MHP accident reconstructionists learned the new reporting system last year and then taught other MHP officers and Jackson Police Department officers in February. During April, McMillen used facilities in Northwest Mississippi Community College to teach officers from municipalities and sheriff’s departments.
"I haven’t heard anything negative; it looks better and gives immediate statistics," McMillen said.
Like its predecessor, the ReportBeam accident report begins on paper – a four-page form completed by the officer investigating the accident. Much of the similarity ends there. As soon as the investigating officer can access a computer, the information is transferred from paper into ReportBeam. The investigating officers receives a password.
"The creator of the report is the only one who can change anything in the report," McMillen said of the software’s security.
Once completed, the report is reviewed by a supervisor who may ask the investigating officer for additional information, he said.
"It has a real short learning curve," McMillen added.
Aids vehicle, roadway design
McMillen believes that the report will streamline the flow of valuable information about road design, vehicle construction and occupant safety. He has seen such data improve seat belt and air bag design.
"It all progressed simply off accident data," he said.
"The program has a built-in analysis and statistical tool that uses data that is being collected as a result of reporting the collision," McMillen added.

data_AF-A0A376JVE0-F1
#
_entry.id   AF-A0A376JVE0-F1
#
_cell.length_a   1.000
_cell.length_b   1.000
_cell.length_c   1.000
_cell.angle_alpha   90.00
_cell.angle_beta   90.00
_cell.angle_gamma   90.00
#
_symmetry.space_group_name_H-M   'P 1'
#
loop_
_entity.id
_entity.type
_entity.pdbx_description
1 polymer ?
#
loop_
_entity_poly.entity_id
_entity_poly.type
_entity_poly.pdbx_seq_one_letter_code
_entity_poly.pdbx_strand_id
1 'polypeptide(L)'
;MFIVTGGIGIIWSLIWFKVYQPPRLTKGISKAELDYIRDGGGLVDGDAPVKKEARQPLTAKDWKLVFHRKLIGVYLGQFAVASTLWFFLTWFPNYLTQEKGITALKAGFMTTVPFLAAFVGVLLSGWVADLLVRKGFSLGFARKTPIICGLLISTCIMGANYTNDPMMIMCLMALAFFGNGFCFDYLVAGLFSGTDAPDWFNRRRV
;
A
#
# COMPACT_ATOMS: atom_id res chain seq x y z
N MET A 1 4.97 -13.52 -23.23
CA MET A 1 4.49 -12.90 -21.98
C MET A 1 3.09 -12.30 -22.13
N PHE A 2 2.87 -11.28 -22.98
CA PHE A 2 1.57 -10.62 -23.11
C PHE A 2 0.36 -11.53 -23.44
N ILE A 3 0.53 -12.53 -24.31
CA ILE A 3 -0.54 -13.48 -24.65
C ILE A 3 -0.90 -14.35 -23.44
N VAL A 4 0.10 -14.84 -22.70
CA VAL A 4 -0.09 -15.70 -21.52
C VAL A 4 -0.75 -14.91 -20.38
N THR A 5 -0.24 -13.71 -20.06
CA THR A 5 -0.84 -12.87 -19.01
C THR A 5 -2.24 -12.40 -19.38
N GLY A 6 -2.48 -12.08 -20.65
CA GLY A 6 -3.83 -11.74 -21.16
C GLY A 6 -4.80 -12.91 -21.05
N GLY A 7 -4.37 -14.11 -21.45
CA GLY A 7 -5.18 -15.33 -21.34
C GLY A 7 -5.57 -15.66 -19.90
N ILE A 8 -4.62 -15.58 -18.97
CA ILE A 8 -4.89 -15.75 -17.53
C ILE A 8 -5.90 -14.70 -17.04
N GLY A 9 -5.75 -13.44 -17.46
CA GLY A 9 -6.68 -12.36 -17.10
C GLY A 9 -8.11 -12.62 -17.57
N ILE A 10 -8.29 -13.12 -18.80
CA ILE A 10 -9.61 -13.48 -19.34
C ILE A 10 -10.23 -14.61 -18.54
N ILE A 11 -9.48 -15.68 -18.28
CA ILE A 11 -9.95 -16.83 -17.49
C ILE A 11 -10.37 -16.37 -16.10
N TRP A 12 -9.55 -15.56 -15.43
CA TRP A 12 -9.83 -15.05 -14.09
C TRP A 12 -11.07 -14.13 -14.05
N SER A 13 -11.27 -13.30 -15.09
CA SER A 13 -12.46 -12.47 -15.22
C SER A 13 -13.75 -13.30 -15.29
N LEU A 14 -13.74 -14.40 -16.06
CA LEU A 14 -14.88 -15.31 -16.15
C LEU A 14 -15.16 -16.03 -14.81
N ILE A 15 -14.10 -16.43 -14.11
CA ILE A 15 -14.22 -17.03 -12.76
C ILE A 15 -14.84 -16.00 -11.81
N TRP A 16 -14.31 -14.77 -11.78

At an accident scene, the investigating officer fills out a four-page report with information that will be transferred to ReportBeam as soon as he or she has access to a computer. "The on-screen is identical to the hard copy now," McMillen said.
"Over 3,000 business rules have been built in the report to keep officers from missing something," the trooper added.
Built-in features allow the investigating officer to include such diverse information as whether female accident victims are pregnant to whether a deer was involved. Once the information has been entered, ReportBeam’s software allows the investigator to reconstruct the accident with realistic animation.
"Black Box" analysis
ReportBeam also allows analysis of data gathered from the diagnostic modules – the so-called "black box" – of supported vehicles. The module includes the sensor that triggers air bag inflation, McMillen added. Supported vehicles presently include General Motors products, select Ford vehicles, the H2 Hummer and Isuzu products.
From those modules, accident reconstructionists can retrieve five-second "snapshots" that precede vehicle crashes and reveal brake and throttle activity, engine and vehicle speed, and other information that is "just a tool" to help unravel the mystery of why crashes occur, the accident reconstructionist said.